As a person with position and authority in many areas of my life, I am so thankful for the many opportunities that God has provided to me.  One thing that I have learned throughout my life is that if God has called you for a specific purpose, he will give you everything that you need to accomplish it.  Philippians 2:13(NLT) says, “ For God is working in you, giving you the desire and the power to do what pleases him.”  In every opportunity I have been provided by God, he has given me the passion, vision and comprehension to complete the task at hand.  Yet, in all efforts to complete the goals he has set forth, I know that it is not by my might or power, but by God’s spirit that lives within me (Zechariah 4:6).

I have to confess that there are times when I face mighty giants, sometimes at every turn.  Sometimes, these giants emerge at the moment when God has confirmed a calling that he has ordained for me.  Their supposed purposed is to impede the opportunities and the higher calling placed on my life.  I admit, sometimes it feels like these “giants” are winning and that I’m in a losing battle.  It’s in those moments that the Holy Spirit reminds me of God’s instructions in Joshua 1:7-9.  Here are 5 other things that God taught me about these giants:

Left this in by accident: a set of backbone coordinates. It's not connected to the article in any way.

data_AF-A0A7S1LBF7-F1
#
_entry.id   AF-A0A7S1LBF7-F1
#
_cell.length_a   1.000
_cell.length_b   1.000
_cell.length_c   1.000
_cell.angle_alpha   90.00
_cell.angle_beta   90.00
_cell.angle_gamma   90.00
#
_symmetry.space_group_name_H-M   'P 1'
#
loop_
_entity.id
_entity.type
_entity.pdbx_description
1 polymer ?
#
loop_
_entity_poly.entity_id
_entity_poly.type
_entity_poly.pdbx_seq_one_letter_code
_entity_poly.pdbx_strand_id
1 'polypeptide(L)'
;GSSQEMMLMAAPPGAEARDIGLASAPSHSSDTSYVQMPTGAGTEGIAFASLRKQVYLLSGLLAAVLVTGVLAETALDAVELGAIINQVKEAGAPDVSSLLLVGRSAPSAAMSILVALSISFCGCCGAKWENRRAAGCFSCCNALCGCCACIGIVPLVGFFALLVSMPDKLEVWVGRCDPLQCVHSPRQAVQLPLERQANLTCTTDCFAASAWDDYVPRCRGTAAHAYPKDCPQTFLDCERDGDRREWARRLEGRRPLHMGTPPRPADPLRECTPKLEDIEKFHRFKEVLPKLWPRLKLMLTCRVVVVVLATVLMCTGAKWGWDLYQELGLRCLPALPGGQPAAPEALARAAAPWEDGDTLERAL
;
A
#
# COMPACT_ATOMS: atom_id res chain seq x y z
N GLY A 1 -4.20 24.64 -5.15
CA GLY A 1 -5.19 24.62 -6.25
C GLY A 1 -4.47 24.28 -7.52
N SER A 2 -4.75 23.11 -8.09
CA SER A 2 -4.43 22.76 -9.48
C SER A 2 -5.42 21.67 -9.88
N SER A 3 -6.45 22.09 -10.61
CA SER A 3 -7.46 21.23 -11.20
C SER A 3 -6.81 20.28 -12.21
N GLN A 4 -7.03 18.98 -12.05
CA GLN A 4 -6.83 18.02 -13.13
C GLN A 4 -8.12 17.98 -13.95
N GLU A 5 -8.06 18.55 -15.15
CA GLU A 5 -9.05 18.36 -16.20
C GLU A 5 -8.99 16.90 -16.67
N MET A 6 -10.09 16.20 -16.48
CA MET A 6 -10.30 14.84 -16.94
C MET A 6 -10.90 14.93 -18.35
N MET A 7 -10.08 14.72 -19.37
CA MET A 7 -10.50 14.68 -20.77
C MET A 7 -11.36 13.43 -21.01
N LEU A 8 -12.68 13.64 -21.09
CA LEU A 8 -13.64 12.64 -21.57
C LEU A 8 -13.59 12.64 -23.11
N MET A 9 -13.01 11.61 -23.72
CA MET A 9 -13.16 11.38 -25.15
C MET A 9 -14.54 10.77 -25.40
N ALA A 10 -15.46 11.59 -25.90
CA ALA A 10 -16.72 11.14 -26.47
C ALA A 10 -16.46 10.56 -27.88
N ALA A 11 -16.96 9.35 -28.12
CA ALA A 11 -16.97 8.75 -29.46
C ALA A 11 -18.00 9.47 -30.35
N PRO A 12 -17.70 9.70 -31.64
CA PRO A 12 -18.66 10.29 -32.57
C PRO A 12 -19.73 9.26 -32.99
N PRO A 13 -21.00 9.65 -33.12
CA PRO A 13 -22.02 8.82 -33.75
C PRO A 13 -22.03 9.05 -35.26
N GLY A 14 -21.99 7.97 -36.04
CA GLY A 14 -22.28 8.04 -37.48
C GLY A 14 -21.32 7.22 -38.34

1. Giants only look gargantuan in size when looking at them with “selective focus”.  There is a feature on my camera called selective focus.  It allows me to focus on a single prominent object or on the larger expansive picture.  When I’m focusing on that single prominent object, the bigger picture becomes a blurred background.  When I focus on the bigger picture, the single prominent object becomes vague and fuzzy.  Think of God as the big picture and the giant as the single object.  We have to change our focus to be fixed on the big picture, which is God and his plans for us.
  2. Giants aren’t necessarily other people.  Sometimes, they are ungodly desires fueled by our flesh or motivations that are not inspired by God.  Many times, fear and insecurity are giants that paralyze us from moving forward.